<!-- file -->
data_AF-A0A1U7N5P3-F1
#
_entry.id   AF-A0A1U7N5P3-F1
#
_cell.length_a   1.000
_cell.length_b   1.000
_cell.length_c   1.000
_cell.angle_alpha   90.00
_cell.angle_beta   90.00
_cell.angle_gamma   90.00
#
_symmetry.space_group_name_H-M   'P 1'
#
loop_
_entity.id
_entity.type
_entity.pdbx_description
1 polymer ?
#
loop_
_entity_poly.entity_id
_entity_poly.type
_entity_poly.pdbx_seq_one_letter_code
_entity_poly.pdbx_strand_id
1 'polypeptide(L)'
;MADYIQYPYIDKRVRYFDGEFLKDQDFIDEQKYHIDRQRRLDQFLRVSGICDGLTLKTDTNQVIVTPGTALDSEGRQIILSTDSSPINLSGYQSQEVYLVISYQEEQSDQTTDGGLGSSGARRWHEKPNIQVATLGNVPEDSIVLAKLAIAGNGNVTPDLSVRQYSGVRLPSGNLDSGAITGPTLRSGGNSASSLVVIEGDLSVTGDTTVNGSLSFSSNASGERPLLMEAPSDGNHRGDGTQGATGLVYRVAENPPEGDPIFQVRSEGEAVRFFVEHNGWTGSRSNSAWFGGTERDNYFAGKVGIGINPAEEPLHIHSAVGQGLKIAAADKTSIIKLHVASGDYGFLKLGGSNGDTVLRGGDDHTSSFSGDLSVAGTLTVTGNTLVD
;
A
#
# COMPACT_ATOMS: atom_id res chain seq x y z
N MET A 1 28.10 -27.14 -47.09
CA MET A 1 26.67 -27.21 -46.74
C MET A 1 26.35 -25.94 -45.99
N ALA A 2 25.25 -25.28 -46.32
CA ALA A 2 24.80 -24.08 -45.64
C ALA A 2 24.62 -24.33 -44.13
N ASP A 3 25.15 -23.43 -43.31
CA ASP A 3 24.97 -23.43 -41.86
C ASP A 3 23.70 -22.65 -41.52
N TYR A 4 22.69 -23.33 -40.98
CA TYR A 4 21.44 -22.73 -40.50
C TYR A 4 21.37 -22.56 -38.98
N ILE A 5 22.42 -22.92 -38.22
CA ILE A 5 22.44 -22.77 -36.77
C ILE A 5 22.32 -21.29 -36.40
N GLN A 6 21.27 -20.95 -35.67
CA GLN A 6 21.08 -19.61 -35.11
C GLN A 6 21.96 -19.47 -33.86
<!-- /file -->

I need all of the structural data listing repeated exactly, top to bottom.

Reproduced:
data_AF-A0A1U7N5P3-F1
#
_entry.id   AF-A0A1U7N5P3-F1
#
_cell.length_a   1.000
_cell.length_b   1.000
_cell.length_c   1.000
_cell.angle_alpha   90.00
_cell.angle_beta   90.00
_cell.angle_gamma   90.00
#
_symmetry.space_group_name_H-M   'P 1'
#
loop_
_entity.id
_entity.type
_entity.pdbx_description
1 polymer ?
#
loop_
_entity_poly.entity_id
_entity_poly.type
_entity_poly.pdbx_seq_one_letter_code
_entity_poly.pdbx_strand_id
1 'polypeptide(L)'
;MADYIQYPYIDKRVRYFDGEFLKDQDFIDEQKYHIDRQRRLDQFLRVSGICDGLTLKTDTNQVIVTPGTALDSEGRQIILSTDSSPINLSGYQSQEVYLVISYQEEQSDQTTDGGLGSSGARRWHEKPNIQVATLGNVPEDSIVLAKLAIAGNGNVTPDLSVRQYSGVRLPSGNLDSGAITGPTLRSGGNSASSLVVIEGDLSVTGDTTVNGSLSFSSNASGERPLLMEAPSDGNHRGDGTQGATGLVYRVAENPPEGDPIFQVRSEGEAVRFFVEHNGWTGSRSNSAWFGGTERDNYFAGKVGIGINPAEEPLHIHSAVGQGLKIAAADKTSIIKLHVASGDYGFLKLGGSNGDTVLRGGDDHTSSFSGDLSVAGTLTVTGNTLVD
;
A
#
# COMPACT_ATOMS: atom_id res chain seq x y z
N MET A 1 28.10 -27.14 -47.09
CA MET A 1 26.67 -27.21 -46.74
C MET A 1 26.35 -25.94 -45.99
N ALA A 2 25.25 -25.28 -46.32
CA ALA A 2 24.80 -24.08 -45.64
C ALA A 2 24.62 -24.33 -44.13
N ASP A 3 25.15 -23.43 -43.31
CA ASP A 3 24.97 -23.43 -41.86
C ASP A 3 23.70 -22.65 -41.52
N TYR A 4 22.69 -23.33 -40.98
CA TYR A 4 21.44 -22.73 -40.50
C TYR A 4 21.37 -22.56 -38.98
N ILE A 5 22.42 -22.92 -38.22
CA ILE A 5 22.44 -22.77 -36.77
C ILE A 5 22.32 -21.29 -36.40
N GLN A 6 21.27 -20.95 -35.67
CA GLN A 6 21.08 -19.61 -35.11
C GLN A 6 21.96 -19.47 -33.86